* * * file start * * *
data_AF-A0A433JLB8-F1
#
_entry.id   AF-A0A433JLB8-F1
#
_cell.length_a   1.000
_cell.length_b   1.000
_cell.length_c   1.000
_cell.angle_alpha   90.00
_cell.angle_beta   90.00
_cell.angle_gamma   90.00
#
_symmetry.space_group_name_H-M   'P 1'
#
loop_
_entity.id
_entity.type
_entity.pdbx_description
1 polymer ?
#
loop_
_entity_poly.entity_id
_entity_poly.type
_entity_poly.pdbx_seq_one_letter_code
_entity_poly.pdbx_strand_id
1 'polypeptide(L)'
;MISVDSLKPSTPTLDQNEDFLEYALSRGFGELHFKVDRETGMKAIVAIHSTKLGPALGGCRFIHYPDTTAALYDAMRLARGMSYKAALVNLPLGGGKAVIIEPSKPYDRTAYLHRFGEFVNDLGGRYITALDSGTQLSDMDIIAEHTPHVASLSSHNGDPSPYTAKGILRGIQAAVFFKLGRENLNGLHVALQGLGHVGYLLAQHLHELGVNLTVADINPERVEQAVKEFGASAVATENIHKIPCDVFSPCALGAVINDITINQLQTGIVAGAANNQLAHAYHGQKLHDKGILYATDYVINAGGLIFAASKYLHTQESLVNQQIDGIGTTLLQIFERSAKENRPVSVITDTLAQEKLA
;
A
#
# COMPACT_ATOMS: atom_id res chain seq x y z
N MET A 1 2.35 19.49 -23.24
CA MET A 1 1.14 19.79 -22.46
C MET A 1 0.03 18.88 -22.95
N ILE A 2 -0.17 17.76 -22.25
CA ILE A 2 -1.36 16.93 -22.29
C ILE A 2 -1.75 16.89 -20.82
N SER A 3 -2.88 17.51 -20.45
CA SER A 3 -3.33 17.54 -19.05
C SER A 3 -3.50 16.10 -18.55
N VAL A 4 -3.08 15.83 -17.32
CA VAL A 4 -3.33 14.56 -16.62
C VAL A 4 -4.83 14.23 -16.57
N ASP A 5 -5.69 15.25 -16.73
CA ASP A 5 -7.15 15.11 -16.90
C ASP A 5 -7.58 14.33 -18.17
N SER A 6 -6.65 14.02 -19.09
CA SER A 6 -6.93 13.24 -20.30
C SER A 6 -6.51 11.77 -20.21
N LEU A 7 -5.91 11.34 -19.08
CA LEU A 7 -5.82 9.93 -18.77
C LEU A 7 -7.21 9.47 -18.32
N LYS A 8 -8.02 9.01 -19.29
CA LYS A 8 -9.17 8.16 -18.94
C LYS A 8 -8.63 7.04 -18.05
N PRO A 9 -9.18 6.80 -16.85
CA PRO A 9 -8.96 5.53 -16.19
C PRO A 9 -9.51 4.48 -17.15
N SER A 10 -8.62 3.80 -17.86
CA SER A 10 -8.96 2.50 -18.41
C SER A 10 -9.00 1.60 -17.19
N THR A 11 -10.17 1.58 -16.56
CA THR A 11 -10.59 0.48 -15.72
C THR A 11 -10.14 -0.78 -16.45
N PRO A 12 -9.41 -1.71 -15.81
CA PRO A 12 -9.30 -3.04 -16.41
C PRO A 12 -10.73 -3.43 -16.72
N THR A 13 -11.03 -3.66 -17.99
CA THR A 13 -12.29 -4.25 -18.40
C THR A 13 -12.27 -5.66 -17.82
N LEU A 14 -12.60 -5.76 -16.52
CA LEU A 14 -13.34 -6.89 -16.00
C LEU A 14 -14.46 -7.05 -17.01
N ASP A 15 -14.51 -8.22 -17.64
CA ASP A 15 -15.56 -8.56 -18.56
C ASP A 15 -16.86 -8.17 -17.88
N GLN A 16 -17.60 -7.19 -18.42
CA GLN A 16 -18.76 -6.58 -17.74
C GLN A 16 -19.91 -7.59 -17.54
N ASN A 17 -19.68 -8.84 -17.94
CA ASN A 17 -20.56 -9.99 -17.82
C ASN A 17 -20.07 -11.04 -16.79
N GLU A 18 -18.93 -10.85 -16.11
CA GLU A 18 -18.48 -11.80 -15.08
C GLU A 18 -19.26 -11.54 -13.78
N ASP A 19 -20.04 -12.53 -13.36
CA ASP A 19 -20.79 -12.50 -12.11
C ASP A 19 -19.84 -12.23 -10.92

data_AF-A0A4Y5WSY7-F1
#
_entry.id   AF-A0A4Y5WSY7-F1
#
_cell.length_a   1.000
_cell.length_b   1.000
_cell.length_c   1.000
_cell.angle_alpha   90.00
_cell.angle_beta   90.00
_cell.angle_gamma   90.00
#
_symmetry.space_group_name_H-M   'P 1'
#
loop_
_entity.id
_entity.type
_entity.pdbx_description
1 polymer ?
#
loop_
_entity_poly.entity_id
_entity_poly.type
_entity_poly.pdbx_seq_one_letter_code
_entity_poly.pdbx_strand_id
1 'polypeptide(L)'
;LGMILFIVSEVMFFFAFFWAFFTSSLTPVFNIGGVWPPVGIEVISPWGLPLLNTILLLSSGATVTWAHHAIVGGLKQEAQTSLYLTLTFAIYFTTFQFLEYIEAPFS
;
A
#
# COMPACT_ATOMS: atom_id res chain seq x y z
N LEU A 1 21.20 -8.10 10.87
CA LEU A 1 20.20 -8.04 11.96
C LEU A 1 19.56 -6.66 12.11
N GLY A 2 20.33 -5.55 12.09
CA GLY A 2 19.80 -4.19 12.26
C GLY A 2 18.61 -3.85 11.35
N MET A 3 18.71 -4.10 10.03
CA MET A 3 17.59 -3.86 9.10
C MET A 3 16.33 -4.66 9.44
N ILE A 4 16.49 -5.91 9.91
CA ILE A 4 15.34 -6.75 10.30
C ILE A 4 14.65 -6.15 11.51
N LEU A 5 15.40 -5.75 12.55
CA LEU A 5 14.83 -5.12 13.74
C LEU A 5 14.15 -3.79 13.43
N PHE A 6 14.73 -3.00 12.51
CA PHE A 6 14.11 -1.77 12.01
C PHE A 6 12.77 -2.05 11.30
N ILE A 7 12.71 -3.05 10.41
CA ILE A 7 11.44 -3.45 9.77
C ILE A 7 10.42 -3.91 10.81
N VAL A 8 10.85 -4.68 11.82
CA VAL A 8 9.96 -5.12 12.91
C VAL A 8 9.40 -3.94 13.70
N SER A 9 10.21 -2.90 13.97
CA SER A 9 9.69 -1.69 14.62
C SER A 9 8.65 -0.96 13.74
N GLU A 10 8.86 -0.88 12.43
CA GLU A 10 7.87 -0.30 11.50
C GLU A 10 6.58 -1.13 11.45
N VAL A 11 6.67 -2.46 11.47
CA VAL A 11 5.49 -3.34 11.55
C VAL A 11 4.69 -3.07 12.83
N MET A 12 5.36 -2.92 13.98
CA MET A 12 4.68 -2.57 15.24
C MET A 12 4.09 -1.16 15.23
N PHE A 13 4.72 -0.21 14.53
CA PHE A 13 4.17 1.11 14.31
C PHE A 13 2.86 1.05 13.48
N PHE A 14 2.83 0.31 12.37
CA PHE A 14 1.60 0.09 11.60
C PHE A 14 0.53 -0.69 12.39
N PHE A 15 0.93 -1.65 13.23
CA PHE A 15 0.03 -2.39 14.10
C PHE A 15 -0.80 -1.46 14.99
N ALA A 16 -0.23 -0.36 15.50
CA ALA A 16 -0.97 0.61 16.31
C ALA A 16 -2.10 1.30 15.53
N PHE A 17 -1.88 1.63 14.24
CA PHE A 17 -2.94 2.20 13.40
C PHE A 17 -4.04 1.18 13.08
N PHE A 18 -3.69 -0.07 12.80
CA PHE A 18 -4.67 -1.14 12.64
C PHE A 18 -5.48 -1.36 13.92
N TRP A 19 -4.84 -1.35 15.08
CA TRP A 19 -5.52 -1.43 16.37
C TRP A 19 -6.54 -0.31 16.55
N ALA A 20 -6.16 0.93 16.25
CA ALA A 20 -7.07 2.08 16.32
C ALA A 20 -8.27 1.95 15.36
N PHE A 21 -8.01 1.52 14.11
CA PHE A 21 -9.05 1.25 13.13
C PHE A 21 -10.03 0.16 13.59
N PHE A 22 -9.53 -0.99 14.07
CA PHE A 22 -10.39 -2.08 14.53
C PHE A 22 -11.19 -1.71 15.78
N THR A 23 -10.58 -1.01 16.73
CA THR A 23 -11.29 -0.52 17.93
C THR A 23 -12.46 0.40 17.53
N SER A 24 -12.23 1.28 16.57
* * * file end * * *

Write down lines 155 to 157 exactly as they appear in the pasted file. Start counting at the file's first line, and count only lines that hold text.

CA PHE A 13 4.17 1.11 14.31
C PHE A 13 2.86 1.05 13.48
N PHE A 14 2.83 0.31 12.37